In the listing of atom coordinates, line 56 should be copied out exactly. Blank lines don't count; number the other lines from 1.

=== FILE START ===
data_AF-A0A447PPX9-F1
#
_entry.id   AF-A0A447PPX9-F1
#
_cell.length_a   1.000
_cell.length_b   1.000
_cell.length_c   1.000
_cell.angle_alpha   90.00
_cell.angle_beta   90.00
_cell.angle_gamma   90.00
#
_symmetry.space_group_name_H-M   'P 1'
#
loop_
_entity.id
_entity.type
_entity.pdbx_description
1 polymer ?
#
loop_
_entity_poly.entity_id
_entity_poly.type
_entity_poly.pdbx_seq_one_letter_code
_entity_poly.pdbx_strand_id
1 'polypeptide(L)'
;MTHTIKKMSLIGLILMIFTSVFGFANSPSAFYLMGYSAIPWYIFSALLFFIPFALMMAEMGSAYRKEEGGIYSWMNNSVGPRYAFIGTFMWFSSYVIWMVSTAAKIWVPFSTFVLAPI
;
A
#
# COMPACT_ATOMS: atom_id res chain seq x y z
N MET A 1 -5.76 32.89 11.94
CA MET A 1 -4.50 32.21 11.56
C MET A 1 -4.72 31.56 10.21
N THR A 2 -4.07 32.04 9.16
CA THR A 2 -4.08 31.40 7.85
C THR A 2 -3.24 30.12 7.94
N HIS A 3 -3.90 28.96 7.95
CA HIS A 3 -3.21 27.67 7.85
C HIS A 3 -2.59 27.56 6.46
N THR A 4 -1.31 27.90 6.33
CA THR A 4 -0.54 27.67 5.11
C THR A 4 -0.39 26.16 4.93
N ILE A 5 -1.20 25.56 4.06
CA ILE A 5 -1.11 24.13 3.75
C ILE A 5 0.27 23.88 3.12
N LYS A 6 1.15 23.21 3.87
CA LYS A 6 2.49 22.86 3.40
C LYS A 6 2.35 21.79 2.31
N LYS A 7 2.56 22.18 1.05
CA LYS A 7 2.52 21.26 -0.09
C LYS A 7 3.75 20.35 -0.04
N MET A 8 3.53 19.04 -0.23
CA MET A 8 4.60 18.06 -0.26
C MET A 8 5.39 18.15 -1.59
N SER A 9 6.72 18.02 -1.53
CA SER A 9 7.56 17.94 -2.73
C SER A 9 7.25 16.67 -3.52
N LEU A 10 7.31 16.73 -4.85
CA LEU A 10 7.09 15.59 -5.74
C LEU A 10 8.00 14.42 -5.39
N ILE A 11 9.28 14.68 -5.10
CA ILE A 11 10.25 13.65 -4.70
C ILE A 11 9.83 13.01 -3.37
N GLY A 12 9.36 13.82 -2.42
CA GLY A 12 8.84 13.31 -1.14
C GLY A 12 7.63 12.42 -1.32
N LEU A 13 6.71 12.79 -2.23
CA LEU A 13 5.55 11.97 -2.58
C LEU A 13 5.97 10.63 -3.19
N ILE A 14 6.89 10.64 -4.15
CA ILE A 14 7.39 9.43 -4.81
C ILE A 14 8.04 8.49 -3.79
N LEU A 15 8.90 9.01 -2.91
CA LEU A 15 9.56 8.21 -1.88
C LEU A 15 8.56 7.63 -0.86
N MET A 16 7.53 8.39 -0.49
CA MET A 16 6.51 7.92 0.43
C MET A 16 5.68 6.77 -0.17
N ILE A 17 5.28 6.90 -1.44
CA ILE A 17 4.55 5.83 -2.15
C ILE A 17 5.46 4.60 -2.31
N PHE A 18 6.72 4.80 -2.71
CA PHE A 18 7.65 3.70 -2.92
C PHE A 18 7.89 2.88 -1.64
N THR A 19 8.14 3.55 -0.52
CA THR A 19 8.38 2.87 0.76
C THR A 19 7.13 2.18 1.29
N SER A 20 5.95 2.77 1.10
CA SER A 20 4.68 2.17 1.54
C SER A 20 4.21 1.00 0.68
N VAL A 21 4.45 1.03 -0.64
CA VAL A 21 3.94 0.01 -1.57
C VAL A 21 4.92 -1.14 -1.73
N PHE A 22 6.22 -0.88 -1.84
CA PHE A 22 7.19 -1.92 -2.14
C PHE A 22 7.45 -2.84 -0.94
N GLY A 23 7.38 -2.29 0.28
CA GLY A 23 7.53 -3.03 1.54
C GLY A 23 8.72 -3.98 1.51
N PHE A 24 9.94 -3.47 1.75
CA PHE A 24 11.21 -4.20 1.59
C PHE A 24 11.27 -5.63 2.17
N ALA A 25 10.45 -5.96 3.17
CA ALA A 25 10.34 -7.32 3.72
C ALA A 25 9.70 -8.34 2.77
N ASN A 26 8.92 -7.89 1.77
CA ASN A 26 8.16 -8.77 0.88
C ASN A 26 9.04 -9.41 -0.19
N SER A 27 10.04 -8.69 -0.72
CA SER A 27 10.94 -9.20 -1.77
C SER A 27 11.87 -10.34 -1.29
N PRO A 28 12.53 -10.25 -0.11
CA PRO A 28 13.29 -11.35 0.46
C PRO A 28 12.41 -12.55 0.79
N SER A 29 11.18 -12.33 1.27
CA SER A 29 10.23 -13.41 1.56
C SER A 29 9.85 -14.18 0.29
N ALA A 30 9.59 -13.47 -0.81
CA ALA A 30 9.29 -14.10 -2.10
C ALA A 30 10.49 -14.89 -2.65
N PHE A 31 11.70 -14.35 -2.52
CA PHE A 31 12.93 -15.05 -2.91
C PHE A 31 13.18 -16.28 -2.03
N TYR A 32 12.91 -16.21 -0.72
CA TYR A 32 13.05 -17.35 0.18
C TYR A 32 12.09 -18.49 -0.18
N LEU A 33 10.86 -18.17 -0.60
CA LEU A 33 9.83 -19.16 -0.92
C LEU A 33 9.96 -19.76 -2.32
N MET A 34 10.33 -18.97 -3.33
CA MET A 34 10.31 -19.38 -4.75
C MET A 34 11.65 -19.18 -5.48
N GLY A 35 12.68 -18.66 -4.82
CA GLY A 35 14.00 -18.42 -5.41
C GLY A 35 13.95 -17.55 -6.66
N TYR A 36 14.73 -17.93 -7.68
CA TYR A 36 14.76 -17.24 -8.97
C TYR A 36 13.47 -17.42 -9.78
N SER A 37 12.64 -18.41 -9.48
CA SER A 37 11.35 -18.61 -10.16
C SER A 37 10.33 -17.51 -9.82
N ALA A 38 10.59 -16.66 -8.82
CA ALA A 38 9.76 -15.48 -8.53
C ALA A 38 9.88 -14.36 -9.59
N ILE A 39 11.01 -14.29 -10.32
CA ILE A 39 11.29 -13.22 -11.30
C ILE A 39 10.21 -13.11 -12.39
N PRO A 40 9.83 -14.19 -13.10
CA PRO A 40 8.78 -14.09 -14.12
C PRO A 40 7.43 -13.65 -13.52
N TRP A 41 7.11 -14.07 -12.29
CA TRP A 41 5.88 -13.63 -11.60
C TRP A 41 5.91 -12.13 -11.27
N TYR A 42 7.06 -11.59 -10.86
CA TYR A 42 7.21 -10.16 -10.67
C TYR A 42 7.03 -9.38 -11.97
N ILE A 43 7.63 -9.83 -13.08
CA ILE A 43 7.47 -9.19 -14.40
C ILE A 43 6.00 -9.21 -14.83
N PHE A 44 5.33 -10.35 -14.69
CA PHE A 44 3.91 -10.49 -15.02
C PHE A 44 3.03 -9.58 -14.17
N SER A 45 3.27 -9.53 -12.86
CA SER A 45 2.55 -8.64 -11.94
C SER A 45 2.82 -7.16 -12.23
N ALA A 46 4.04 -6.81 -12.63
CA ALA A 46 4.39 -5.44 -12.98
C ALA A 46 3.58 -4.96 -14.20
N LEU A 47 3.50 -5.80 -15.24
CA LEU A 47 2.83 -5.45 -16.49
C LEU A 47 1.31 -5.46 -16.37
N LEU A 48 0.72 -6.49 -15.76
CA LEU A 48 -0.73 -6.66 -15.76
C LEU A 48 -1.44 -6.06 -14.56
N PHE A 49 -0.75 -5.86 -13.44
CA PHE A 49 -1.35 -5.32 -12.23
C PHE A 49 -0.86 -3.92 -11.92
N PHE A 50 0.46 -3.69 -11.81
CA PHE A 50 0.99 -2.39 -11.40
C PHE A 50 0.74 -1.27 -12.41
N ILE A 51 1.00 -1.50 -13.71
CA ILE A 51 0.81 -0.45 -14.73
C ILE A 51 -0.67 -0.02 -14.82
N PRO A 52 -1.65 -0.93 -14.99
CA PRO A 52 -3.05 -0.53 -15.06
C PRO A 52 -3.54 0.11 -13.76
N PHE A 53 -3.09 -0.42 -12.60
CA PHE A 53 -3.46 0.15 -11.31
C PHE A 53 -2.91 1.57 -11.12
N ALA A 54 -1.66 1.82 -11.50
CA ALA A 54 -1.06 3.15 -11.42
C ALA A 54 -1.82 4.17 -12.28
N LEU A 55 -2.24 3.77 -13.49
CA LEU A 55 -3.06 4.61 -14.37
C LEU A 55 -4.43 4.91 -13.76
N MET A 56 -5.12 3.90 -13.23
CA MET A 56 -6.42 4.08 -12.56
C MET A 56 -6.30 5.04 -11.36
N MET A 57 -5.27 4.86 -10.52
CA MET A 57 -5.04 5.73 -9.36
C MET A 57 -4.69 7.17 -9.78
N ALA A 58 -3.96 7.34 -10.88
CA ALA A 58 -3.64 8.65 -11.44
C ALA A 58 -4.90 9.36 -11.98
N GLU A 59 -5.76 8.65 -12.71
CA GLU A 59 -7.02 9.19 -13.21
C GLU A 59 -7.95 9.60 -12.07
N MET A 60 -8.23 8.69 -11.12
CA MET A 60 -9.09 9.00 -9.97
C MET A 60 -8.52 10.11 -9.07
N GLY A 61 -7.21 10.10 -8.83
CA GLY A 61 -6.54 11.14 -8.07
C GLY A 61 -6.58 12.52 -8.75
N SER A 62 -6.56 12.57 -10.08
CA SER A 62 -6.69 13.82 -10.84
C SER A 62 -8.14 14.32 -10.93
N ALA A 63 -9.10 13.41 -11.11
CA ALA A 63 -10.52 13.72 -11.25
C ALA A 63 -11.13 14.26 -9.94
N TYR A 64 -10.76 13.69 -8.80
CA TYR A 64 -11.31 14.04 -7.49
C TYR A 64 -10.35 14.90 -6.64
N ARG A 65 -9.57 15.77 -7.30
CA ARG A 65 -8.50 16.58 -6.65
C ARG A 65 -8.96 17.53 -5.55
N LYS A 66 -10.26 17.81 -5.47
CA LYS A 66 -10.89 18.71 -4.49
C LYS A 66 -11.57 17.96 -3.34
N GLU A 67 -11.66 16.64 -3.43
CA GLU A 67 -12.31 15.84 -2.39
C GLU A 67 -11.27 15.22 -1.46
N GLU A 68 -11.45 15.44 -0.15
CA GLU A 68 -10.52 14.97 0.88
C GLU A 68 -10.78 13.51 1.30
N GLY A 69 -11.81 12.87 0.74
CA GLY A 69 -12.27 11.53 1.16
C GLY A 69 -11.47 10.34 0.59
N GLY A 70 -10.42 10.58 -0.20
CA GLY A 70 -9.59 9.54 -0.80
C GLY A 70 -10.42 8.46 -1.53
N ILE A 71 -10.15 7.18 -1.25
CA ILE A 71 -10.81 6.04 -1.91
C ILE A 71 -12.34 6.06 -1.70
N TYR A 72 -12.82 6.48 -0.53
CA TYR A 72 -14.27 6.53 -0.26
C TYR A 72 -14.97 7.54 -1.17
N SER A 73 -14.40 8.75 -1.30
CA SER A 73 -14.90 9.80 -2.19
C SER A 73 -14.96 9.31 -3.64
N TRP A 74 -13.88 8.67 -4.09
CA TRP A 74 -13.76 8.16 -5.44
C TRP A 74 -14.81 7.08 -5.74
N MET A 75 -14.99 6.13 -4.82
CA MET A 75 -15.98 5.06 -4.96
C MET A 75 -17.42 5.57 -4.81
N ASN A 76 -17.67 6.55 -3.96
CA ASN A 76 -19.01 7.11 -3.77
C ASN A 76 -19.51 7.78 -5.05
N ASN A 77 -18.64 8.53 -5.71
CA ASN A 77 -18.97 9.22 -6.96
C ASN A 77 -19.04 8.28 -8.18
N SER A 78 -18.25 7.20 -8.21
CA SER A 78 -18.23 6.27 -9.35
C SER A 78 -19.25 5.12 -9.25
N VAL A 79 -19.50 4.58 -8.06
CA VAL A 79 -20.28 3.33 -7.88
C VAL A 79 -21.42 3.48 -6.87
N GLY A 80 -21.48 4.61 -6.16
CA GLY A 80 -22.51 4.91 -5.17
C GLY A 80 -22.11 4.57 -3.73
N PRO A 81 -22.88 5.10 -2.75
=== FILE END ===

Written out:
CA SER A 9 7.56 17.94 -2.73